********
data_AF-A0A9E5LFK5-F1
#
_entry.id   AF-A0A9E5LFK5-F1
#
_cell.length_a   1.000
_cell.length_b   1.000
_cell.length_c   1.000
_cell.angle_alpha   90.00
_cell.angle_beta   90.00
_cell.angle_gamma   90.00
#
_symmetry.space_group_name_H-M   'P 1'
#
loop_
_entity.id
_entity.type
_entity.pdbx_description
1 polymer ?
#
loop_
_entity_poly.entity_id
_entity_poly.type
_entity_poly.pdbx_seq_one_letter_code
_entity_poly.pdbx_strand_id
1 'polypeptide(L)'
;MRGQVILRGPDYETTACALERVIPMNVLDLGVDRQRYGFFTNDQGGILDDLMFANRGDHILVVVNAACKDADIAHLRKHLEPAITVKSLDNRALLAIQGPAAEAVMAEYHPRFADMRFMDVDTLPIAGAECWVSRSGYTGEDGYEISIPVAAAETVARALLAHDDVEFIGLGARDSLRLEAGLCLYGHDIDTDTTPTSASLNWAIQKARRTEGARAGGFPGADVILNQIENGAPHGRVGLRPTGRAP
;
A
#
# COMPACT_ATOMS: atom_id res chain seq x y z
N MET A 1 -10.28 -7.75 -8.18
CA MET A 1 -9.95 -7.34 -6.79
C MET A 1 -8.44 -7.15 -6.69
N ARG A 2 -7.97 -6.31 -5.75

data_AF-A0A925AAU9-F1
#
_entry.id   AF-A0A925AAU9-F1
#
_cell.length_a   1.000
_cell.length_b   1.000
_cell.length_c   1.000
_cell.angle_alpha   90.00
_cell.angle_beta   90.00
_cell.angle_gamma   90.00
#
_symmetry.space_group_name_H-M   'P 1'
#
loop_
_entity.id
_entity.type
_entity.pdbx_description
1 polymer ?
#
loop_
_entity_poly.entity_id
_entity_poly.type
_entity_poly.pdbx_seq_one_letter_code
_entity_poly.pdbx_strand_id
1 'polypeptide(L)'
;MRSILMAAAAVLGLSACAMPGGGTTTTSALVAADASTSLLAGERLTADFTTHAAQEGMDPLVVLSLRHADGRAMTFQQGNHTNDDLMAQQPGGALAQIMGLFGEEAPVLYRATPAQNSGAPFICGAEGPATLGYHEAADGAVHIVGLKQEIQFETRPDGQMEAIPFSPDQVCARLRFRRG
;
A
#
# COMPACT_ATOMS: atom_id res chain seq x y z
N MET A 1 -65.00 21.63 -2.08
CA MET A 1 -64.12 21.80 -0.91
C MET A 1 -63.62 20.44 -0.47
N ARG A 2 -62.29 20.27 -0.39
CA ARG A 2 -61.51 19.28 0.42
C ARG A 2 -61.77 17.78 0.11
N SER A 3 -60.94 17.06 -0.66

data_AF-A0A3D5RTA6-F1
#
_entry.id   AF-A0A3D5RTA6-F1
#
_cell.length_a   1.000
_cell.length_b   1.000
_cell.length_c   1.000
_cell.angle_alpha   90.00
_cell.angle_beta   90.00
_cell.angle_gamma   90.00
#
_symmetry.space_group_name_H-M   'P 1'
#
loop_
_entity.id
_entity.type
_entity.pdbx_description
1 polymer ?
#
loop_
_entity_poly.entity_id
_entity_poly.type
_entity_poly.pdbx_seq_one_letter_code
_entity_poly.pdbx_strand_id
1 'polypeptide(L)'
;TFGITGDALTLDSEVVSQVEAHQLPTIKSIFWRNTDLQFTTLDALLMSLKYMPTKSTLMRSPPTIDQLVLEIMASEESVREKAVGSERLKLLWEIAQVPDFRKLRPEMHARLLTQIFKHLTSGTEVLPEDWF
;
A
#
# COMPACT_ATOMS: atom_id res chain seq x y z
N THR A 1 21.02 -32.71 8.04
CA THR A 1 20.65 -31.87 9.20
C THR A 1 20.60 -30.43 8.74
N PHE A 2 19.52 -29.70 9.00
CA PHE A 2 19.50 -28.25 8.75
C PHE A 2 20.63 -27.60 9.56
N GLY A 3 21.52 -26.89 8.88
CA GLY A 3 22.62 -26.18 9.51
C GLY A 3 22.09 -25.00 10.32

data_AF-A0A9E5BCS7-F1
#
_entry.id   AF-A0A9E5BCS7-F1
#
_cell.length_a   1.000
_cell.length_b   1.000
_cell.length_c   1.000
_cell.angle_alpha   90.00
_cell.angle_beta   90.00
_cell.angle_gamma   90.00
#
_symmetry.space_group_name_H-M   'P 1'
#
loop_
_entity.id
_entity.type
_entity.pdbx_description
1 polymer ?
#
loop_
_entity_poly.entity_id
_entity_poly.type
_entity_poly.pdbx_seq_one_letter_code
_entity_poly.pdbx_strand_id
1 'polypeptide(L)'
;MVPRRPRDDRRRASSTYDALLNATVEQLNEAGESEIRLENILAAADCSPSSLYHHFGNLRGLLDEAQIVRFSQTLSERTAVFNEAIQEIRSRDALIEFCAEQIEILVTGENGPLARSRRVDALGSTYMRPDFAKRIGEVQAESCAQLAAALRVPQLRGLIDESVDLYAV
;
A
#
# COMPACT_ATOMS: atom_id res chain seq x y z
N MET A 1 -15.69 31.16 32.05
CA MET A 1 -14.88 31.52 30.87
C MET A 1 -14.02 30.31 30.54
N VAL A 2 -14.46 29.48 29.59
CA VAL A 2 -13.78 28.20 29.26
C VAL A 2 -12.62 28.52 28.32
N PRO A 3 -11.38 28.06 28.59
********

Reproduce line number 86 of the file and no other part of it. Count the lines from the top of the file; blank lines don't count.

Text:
_entity.id